The evolving role of Global Mobility

Eric Pengelly and Simon Davies, K2 Corporate Mobility
Historically, in-house global mobility teams have been viewed as heavily operationally focused – being told when people were going on assignment (often at short notice) and coordinating the logistics of the relocation process. Though this still forms a significant part of the role of an in-house team, things have started to change over the last decade. Tim Wells, Head of Global Mobility Consulting at Abbiss Cadres LLP, shares five changes in the role of the in-house global mobility team that he has observed over the last decade.

Five changes in the role of global mobility

Greater variation

Firstly, businesses now require a much wider array of relocation policies than in years gone by. Where previously there had been the “standard” trilogy of short-term assignments, long-term assignments and permanent transfers, we have started to see a number of alternatives emerge, such as commuter assignments and local plus policies, as companies began to look at ways to cut the cost of their global mobility programmes and offer flexibility in working patterns. This in turn has given rise to a host of additional considerations for global mobility teams, particularly in relation to compliance and employment benefits coverage. The advice that businesses needed from global mobility teams has become more diverse and with an increased need for more comprehensive detail.

Globalisation

It is not just large organisations that re-focused on mobility - smaller companies have come under increasing pressure to launch into new international locations, particularly in to emerging economies for the first time, in attempts to stabilise sales hit by recession at home. These companies required a very different approach to mobility than the larger multinationals. Their potential budget constraints and under-developed processes meant that the global mobility support required needed greater flexibility and entrepreneurial and business savvy whilst managing compliance risks. This has meant global mobility professionals have had to become increasingly business-minded to enable them to effectively advise and operate in these types of businesses.

 Positive spin

The focus on attracting and retaining top talent has been high on the agenda for a while. Change in this area has seen companies looking outside their domestic or regional talent pools to search for candidates globally. The need to attract top talent is breaking down international recruitment barriers fuelled, in particular, by the emergence of the “millennial” generation in the workforce - candidates who have much greater expectations around travelling for work. This in turn has led to global mobility and recruitment teams collaborating more than ever before to ensure the relocation package and process adds to how attractive the company’s proposition looks to those in the talent pool.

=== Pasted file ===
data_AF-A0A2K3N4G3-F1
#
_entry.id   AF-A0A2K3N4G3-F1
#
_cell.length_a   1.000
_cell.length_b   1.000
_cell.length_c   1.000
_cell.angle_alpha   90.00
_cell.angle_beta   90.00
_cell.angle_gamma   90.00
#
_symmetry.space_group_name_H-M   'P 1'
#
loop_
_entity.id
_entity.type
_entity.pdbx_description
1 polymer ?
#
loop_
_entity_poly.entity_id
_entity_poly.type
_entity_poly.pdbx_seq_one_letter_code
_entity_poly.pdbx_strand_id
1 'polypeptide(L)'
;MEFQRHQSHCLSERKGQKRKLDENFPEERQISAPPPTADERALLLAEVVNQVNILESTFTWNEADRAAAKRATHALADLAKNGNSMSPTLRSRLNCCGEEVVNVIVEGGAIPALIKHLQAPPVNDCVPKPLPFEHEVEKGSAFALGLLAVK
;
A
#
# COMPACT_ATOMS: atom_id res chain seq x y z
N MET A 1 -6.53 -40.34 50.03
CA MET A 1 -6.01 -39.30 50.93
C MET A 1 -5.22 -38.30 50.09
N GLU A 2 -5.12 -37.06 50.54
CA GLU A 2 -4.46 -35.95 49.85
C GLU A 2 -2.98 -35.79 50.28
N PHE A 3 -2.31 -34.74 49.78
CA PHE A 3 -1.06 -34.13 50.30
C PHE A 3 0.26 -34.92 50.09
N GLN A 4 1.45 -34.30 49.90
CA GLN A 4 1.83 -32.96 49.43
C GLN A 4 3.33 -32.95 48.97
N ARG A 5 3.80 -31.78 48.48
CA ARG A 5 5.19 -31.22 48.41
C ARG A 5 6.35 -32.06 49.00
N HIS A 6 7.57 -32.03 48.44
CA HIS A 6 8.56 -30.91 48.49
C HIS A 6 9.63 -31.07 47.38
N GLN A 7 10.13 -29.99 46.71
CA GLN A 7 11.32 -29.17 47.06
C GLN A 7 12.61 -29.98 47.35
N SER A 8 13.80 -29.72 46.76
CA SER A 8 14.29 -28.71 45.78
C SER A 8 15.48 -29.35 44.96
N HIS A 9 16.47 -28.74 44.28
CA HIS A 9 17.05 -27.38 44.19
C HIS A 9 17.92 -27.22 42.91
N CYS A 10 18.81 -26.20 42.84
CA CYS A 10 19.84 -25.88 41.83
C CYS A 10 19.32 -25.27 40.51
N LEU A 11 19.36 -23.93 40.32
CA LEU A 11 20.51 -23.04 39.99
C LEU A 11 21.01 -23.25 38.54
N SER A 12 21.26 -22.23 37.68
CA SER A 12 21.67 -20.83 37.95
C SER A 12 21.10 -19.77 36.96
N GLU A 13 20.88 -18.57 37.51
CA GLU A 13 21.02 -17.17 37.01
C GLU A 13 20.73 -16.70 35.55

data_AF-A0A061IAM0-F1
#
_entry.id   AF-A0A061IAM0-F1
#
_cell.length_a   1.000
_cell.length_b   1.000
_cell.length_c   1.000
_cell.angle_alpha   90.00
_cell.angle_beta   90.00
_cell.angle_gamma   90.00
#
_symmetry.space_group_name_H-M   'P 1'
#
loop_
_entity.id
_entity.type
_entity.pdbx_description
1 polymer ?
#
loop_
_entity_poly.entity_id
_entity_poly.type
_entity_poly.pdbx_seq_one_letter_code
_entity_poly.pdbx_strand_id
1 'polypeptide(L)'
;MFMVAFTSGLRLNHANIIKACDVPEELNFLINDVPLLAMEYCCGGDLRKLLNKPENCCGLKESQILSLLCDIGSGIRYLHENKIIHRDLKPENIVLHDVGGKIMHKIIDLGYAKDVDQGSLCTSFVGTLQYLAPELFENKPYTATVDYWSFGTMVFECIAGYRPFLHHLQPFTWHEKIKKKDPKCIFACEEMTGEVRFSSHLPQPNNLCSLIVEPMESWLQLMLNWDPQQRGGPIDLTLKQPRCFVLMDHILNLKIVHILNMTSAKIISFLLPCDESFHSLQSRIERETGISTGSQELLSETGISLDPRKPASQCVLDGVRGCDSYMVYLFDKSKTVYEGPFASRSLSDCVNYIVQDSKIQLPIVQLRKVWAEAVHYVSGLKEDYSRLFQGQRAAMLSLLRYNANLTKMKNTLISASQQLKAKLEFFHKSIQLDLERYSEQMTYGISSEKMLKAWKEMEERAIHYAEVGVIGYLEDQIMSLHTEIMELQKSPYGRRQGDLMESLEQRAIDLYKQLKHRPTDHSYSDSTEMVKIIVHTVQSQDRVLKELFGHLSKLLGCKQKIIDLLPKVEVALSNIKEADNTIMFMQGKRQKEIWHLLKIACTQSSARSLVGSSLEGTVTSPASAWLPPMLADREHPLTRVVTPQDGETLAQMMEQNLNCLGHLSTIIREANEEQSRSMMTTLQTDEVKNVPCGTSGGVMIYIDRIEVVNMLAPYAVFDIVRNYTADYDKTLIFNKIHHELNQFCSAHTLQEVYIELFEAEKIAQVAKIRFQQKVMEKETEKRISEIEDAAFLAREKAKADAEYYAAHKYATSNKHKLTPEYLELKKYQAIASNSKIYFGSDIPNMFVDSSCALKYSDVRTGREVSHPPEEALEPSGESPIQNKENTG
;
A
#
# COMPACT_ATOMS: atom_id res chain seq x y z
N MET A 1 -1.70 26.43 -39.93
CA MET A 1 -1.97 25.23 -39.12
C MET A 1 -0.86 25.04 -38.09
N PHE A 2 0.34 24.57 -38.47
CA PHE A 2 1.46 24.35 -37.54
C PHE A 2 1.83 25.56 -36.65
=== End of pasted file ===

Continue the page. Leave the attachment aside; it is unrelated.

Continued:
Integration

As well as working closer with recruitment, global mobility professionals have started to partner with colleagues in other HR disciplines more than they have done previously. For example, we are now seeing collaboration with organisational development teams to develop talent mobility programmes, or with reward teams to support with the annual salary review process, employment benefits and stock plan management for expatriates. There is also a vital link between global mobility teams and in-house tax teams in relation to managing risk and compliance, which continues to grow stronger.

Partnering

Finally, we are seeing global mobility teams working more frequently in a business partner capacity.  Business leaders have recognised the importance and value of having an internationally mobile workforce, resulting in global mobility specialists starting to have an increasing level of input in to business planning and strategy. Over the coming years I am confident this will continue to develop, and it is nice to see global mobility is stepping outside the box we occupied a decade ago and starting to evolve as a valued specialism.

About the author: Tim Wells, Abbiss Cadris LLP
Tim is a Partner and Head of Global Mobility Consulting at Abbiss Cadres LLP, a professional services firm providing expertise in employment law, expatriate taxation, people consulting and communications. Having developed his career leading in-house global mobility teams and programmes for a range of multinational organisations, and providing consultancy services through Wells & Co Consulting, Tim is a member of the judging panel for the Association of Relocation Professionals Awards 2014, with a Masters’ degree in Strategic Training and Development from the University of Surrey.